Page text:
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Confused About Labs...

thyroid hashimoto ttg

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4 replies to this topic

#1 TreeM22

 
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Posted 08 November 2013 - 07:44 AM

Hello everyone!

 

I'm new to this board and new to celiac in general. Although I am a dietitian, we rarely deal with gluten-free diets in our practice.

 

I'm 29 yo and I've had digestive, IBS-C (occ D) symptoms my entire life. I went to GI recently as I have a tiny amount of bleeding from hemorrhoids/fissures but of course my anxious brain immediately thinks colon cancer.

 

I've been on levothyroxine for about 1.5 yrs.  Thyroid antibodies indicated it was Hashimoto's.  My dosage of levothyroxine was recently increased to optimize my TSH (which has been wnl since starting the meds) as all my providers were worried that I was going to instantaneously get pregnant after my September wedding.

 

The GI physician's assistant I saw did a celiac panel during my appt as a "cover all our bases" type of test.

 

My results were:

 

Component Your Value Standard Range Units Flag TTG IGA 42 <20 units A TTG IGA INTERP Positive     A

 

Component Your Value Standard Range Units Flag ANTI-GLIADIN AB, IGA 8 <20 units   GLIADIN IGA INTERP Negative       ANTI-GLIADIN AB, IGG 34 <20 units A GLIADIN IGG INTERP Positive     A

 

 

Sorry for the long-winded backstory, but I haven't heard from my provider yet and I'm confused as to what these results might mean. I know that TTG can be positive with Hashimoto's but does that happen even if the TSH is controlled?  Do the anti-gliadin numbers even mean anything?  I'm getting mixed messages online about the frequency of TTG false positives.

 

Any enlightenment will be much appreciated! I don't want to go gluten-free until after testing is done and/or until it's confirmed that I have celiac.

 

Thanks!

Theresa


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#2 nvsmom

 
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Posted 08 November 2013 - 08:47 AM

The tTG IgA can indicate other illnesses like thyroiditis, diabetes, crohn's, colitis, liver disaese and even serious infection BUT when that occurs, it is (in my experience) always a weak positive and not with a result that is over double the upper limit of the test.  Also, the tTG iGA is between 91-99% specific to celiac disease so few (weak) positives (roughly 5%) can be attributed to other causes.... Those are the false positives that you mentioned.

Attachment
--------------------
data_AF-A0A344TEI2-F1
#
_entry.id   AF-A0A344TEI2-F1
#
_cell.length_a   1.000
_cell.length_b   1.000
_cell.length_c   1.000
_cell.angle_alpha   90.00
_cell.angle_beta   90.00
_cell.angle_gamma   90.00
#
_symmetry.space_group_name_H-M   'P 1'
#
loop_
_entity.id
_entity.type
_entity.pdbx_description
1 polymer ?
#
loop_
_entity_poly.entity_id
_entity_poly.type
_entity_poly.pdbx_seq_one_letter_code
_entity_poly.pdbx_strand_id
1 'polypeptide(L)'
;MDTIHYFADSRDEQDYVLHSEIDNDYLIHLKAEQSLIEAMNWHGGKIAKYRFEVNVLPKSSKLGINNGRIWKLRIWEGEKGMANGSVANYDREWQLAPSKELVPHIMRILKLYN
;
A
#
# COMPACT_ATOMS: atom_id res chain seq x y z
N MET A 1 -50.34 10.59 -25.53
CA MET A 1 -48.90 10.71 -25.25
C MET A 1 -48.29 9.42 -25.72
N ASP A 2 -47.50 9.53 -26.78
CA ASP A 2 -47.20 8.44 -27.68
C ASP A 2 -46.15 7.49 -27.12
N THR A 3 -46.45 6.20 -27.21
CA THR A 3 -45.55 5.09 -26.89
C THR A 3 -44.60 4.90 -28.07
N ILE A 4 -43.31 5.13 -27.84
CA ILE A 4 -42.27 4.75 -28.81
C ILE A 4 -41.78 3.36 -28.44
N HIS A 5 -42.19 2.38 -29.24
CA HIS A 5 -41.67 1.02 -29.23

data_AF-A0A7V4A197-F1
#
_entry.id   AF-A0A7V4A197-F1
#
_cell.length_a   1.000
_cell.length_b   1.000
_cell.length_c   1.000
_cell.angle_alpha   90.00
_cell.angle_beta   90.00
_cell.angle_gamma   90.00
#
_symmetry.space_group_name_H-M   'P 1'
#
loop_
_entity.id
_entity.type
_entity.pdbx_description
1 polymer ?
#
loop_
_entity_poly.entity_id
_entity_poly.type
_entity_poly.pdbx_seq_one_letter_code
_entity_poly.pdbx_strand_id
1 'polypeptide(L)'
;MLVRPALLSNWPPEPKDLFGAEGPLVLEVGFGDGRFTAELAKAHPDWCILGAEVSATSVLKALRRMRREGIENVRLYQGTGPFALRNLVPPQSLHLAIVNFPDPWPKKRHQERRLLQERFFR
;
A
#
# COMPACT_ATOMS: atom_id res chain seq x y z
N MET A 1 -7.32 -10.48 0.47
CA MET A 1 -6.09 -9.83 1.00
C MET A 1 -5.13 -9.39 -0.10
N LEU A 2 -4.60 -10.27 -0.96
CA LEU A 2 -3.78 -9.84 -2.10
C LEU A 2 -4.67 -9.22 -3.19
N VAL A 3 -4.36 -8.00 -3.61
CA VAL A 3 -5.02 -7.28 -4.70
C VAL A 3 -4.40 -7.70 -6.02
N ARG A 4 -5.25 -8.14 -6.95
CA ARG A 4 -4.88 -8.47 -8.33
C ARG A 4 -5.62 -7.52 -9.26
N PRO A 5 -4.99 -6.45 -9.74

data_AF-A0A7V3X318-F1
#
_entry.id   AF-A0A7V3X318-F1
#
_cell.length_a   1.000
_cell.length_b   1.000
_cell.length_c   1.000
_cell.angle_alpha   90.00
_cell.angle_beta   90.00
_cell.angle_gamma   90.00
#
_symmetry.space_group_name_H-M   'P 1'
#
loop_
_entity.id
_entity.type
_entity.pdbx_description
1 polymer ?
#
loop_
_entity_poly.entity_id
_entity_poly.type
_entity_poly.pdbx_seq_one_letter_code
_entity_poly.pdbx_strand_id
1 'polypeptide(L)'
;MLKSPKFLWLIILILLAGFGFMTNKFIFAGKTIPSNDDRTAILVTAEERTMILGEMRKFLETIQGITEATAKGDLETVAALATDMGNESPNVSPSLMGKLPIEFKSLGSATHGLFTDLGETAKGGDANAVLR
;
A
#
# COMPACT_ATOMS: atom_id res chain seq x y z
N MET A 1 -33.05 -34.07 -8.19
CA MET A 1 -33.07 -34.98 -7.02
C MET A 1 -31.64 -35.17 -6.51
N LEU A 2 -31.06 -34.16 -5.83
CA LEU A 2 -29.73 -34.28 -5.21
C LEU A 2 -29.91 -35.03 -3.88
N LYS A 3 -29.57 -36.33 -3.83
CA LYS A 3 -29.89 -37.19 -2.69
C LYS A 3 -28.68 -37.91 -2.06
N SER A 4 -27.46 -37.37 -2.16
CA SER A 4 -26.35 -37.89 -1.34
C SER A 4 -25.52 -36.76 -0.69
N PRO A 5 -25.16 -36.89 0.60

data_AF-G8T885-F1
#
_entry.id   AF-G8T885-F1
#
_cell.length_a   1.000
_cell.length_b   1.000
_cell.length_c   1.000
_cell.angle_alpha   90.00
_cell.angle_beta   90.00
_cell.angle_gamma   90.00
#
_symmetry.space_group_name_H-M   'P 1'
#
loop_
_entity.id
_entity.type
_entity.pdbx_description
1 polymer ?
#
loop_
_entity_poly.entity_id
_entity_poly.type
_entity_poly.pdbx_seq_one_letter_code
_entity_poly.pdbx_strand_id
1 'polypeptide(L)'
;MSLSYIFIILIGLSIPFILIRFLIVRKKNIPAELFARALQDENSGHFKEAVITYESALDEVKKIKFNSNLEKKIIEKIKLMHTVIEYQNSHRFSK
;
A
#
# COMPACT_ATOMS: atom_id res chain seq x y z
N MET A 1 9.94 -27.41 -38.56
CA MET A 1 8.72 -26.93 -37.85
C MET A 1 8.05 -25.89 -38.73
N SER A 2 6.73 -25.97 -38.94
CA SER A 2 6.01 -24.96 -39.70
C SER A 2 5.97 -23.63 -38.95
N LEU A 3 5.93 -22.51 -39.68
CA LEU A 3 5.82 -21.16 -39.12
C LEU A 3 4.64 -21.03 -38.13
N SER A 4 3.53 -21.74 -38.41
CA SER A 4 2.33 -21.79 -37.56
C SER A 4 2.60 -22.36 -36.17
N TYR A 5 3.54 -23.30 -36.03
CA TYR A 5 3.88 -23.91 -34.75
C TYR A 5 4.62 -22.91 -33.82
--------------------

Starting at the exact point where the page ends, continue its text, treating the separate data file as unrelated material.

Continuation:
The ttG IgA tests for autoantibodies that will do, or attempt, damage to the intestinal villi. If it is elevated enough for the test to note it, chances are that there is some serious damage being done (or attempted) in your gut.

 

The AGA IgA is an older test that test for gliadin sensitivity and is thought by some to indicate gluten sensitivity in both celiac disease and non-celiac gluten intolerance (NCGI). It is not a very sensitive test though (misses many gluten sensitive people) so doctors don't use it often anymore.

 

Basically, with those two tests you know that your villi are being damaged, AND that you have a gluten sensitivity. That points to celiac disease in my opinion. :(

 

If the doctor wishes you to have an endoscopy, ensure he is taking 6 or more biospy samples so he will be less likely to miss the damage if it is patchy. I'm glad you know to keep eating gluten for that. :)

 

Welcome to the board.   :)

 

Edited to correct some info


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#3 answerseeker

 
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Posted 08 November 2013 - 08:52 AM

Looks like a positive celiac test to me, you'll most likely have an endoscopy to verify

Ttg is more false negative then false positive. And you already have the autoimmune thyroid condition which is linked to celiac
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Lori age 40

 

GERD diagnosed Feb 2012

acute adult onset asthma diagnosed April 2012

celiac diagnosis July 2013

osteopenia Sept 2013

Dysautonomia: POTS (autonomic nervous system dysfunction)

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#4 TreeM22

 
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Posted 08 November 2013 - 10:59 AM

Thank you so much for your replies!! They were a huge help!

 

My doc called and wants me to have an endoscopy but said it's likely that I have celiac. I'm definitely in shock and processing it....

 

Thanks again!

Theresa


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#5 answerseeker

 
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Posted 08 November 2013 - 11:18 AM

well this is the place to be. you will find support and a wealth of information.

 

start by reading the Newbie 101 thread that is pinned at the top of the coping with board. It will be the most helpful thing you have ever read I promise :)


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Lori age 40

 

GERD diagnosed Feb 2012

acute adult onset asthma diagnosed April 2012

celiac diagnosis July 2013

osteopenia Sept 2013

Dysautonomia: POTS (autonomic nervous system dysfunction)

DQ2 Gene






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